Wider implications of greenhouse gas mitigation measures in English agriculture

D Moran*, V Eory, A McVittie, E Wall, CFE Topp, DI McCracken, MJ Haskell

*Corresponding author for this work

Research output: Book/Report/Policy Brief/Technical BriefCommissioned report

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nder the guidance of the Committee for Climate Change (CCC), the UK has identified a range of greenhouse gas mitigation actions that can be implemented cost-effectively within different sectors of the economy. UK agriculture and land use change make a relatively small (around 8% of total) but significant contribution to emissions and the sector is expected to make a contribution to overall targets.
In response to initial government GHG budgets, the agricultural industry has responded with its own route map for reducing sector emissions, initially by concentrating on measures that reduce emissions by raising production efficiency. Many of the measures identified by the industry have already been identified in Marginal Abatement costs curves (MACCs) developed for the CCC.
In developing the MACCs there was a recognition that the cost-effectiveness of measures could be altered by the inclusion of wider ancillary impacts (or co-benefits and costs) and the additional life-cycle and displacement impacts implied by some measures. For example, some measures implemented on farms can impact on biodiversity and water quality. Other measures could entail activities beyond the farm gate that give rise to pollution. Other measures implemented in the UK could reduce productivity and therefore be offset by production overseas, with no net effect on emissions.
This project attempts to provide a more systematic review of the nature and size of these impacts. It will focus on the measures covered by the industry route map as applicable to agriculture in England. The identification and quantification of these external and ancillary impacts will help government understand the full costs of implementing both the industry route map and alternative mitigation actions indicated by CCC analysis.
An initial qualitative review will summarise how relevant mitigation measures can be associated with the aforementioned ancillary impacts, and a scoring system will be developed to grade these additional impacts. A further quantitative analysis will develop and implement a methodology for quantifying and valuing (in monetary terms) the relevant costs and benefits associated with the same measures.
Both stages will draw on a range of published data to define a baseline for the analysis and the range of non-market external costs and benefit estimates that are available for the agricultural sector.
The outputs of this project are inception, interim and final reports, and a set of accompanying spreadsheets that will link mitigation measure scenarios to their relevant external costs. This information will provide Defra with a better evidence base on the full economic impacts (and therefore cost-effectiveness) of measures. Cost-effective mitigation reduces the overall burden of mitigation on society (i.e. farmers and tax payers).
This project will be delivered by a multi disciplinary team including crop and animal scientists, ecologists and economists. The team has previously collaborated on the development of MACCs for the agricultural sector and has considerable experience in the quantification of ancillary impacts and their monetary valuation
The tender specification sets out a clear set of qualitative and quantitative objectives, which we use as the structure of this section (numbered 1 – 8). We also spell out discrete deliverables as reports that can be used as intermediate milestones and deliverables if necessary. More normally, these sections will be consolidated into one final report at the end of the project. We recognize the overall objective of this project is to gain a better understanding of the wider consequences of accomplishing the mitigation targets set out in the industry route map. A subsidiary objective is to investigate methods to offset these impacts. These objectives are expanded in the section on Approaches and Methodology section below.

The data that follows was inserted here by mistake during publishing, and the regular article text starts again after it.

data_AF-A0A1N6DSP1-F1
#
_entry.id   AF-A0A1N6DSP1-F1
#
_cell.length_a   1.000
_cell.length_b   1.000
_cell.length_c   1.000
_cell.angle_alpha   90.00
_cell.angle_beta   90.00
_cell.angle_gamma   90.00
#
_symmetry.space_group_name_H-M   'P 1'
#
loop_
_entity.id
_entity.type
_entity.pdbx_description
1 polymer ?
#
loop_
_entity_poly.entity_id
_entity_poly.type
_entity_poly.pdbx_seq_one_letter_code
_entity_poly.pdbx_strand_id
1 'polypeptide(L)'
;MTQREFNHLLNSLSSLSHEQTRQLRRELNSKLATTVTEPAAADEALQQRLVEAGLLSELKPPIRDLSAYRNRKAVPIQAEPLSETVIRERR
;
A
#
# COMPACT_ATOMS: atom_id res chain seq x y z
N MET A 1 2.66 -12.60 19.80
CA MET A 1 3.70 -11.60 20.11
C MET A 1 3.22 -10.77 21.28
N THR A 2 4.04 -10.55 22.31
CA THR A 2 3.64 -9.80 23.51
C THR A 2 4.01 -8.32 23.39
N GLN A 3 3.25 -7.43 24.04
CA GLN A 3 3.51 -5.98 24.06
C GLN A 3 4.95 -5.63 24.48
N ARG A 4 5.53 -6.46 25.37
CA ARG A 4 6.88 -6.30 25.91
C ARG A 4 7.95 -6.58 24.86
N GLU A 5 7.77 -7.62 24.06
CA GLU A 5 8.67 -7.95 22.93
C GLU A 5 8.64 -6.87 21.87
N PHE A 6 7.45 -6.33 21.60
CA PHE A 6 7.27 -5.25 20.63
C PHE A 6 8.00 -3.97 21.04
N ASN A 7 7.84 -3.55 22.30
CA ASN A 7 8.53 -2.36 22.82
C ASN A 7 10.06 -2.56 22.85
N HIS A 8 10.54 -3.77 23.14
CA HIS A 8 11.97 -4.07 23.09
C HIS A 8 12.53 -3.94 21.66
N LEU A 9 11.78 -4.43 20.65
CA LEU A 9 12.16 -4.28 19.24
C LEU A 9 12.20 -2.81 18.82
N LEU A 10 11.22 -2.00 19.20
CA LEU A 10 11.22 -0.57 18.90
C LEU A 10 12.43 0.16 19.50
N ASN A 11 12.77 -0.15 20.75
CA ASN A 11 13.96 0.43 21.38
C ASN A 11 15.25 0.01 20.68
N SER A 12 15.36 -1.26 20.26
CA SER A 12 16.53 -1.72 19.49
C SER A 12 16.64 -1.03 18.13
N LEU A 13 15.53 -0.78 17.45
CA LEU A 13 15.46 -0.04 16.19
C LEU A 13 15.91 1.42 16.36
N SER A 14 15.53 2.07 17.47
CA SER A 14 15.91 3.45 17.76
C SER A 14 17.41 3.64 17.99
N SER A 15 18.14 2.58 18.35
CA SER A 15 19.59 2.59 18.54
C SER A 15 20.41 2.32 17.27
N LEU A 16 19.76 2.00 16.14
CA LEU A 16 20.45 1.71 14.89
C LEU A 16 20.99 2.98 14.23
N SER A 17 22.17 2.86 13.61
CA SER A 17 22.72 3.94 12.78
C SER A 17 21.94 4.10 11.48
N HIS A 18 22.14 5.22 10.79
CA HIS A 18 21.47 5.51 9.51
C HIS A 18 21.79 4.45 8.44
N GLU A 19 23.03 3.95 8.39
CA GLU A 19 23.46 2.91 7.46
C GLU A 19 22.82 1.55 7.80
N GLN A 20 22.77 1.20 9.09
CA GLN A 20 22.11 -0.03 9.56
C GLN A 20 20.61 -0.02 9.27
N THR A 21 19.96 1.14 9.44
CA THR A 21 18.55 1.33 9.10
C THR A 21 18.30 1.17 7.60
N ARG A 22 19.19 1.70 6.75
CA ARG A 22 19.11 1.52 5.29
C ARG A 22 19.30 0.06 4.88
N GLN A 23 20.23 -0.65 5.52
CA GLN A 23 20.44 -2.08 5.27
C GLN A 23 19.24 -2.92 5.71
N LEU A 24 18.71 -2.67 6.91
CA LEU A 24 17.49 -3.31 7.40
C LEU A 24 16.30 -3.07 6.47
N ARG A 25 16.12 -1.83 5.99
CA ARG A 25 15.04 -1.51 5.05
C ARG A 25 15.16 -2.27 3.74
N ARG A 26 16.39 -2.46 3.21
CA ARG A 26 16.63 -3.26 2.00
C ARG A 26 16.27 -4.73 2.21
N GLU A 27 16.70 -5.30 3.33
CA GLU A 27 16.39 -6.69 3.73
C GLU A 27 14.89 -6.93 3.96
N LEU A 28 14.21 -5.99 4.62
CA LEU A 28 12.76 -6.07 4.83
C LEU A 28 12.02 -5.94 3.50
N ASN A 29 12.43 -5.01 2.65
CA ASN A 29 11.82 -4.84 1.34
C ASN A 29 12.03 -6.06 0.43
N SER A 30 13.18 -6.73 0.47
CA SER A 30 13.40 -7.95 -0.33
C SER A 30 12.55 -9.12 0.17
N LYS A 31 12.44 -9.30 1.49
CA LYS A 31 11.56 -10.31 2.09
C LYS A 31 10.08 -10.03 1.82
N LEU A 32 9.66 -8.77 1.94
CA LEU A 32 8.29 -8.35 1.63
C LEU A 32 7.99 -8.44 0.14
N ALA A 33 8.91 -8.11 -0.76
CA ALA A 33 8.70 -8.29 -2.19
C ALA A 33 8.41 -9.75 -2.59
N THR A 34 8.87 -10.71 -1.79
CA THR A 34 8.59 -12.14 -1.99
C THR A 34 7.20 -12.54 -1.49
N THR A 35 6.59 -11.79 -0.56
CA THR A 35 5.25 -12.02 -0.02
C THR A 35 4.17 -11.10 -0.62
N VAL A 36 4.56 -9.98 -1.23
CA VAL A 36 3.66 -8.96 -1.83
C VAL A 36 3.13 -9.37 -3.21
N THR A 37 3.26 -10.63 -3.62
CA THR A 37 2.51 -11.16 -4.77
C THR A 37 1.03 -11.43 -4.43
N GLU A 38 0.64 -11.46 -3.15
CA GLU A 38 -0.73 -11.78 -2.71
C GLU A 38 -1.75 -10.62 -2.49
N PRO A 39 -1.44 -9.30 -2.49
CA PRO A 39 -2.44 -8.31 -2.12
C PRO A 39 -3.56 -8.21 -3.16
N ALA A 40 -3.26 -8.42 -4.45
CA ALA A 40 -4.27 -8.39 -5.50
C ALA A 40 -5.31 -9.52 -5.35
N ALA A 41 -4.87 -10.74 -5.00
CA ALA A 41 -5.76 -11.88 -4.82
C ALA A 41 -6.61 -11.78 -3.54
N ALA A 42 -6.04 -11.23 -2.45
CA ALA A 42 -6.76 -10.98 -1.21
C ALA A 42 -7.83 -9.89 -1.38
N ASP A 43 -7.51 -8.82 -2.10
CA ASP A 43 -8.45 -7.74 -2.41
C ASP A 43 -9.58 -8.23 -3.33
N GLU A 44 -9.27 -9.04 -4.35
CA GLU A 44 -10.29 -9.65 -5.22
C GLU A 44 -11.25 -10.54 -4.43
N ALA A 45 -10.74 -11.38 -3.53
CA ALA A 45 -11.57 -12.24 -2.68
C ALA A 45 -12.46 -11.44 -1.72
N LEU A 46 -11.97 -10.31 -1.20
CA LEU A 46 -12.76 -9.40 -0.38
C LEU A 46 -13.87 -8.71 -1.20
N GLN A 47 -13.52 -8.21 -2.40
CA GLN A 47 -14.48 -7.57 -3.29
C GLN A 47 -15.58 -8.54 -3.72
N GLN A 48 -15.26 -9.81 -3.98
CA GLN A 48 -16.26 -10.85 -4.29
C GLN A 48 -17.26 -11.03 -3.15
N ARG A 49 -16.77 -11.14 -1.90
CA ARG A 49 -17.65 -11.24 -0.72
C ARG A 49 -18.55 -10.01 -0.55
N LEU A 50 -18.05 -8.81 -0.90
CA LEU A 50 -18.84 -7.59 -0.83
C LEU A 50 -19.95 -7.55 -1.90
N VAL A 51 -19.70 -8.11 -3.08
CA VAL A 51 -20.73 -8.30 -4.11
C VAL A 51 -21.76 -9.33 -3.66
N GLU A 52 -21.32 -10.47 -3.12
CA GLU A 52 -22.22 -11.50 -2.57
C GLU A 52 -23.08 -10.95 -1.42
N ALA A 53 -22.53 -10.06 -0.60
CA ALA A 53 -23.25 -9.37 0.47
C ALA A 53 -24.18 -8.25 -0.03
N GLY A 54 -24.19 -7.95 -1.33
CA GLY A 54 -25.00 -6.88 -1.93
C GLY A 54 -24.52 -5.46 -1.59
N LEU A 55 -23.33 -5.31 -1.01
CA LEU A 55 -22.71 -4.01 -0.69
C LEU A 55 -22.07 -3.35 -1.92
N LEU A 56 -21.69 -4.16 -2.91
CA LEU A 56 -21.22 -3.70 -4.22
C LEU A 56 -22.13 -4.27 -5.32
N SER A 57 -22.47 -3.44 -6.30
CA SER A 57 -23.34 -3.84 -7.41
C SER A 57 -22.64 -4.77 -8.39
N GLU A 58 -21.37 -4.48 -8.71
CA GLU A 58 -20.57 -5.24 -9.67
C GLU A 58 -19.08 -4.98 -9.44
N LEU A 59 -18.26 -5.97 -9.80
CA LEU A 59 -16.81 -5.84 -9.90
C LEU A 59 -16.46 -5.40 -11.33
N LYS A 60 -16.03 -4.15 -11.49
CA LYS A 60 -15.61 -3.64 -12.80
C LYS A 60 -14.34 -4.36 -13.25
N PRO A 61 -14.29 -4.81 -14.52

1. Inventory of relevant impacts for each mitigation measure (stand alone report, Month 1)
2. Baseline impacts and traffic light scoring (Stand alone report, End Month 2)
3. A qualitative commentary on the interaction between measures and productivity potential and potential to offset elsewhere (stand alone report Month 2)
4. Summarise/synthesise relevant agriculture externality values for categories relevant to measures (stand alone report or report section, Month 2)

Relevant categories to be considered :

- Food production (and quality)
- Production outside the farm gate
- Social impacts (jobs, built environment, farm sizes, landscape)
- LUC (and its environmental effects)
- Genetic and systemic diversity (and resilience implications)
- Pests and diseases
- Biodiversity
- Animal health and welfare

5. Establish a monetary value baseline without reference to any mitigation scenario (report section Month 3)
6. Gap analysis on external impacts and monetary values – including wider LCA impacts and values ( report section Month 3)
7. Derive a social value of each measure in the route map (overlaid on baseline) (report section Month 5)
8. Developing user-friendly spreadsheet for future use (Month 5)
The main milestones are an inception meeting (with a written report), a final report (consolidating all sections above) and at least three further meetings or knowledge exchange events.
Original languageEnglish
Commissioning bodyUK Department for Environment, Food and Rural Affairs
Number of pages99
Publication statusPrint publication - 2013


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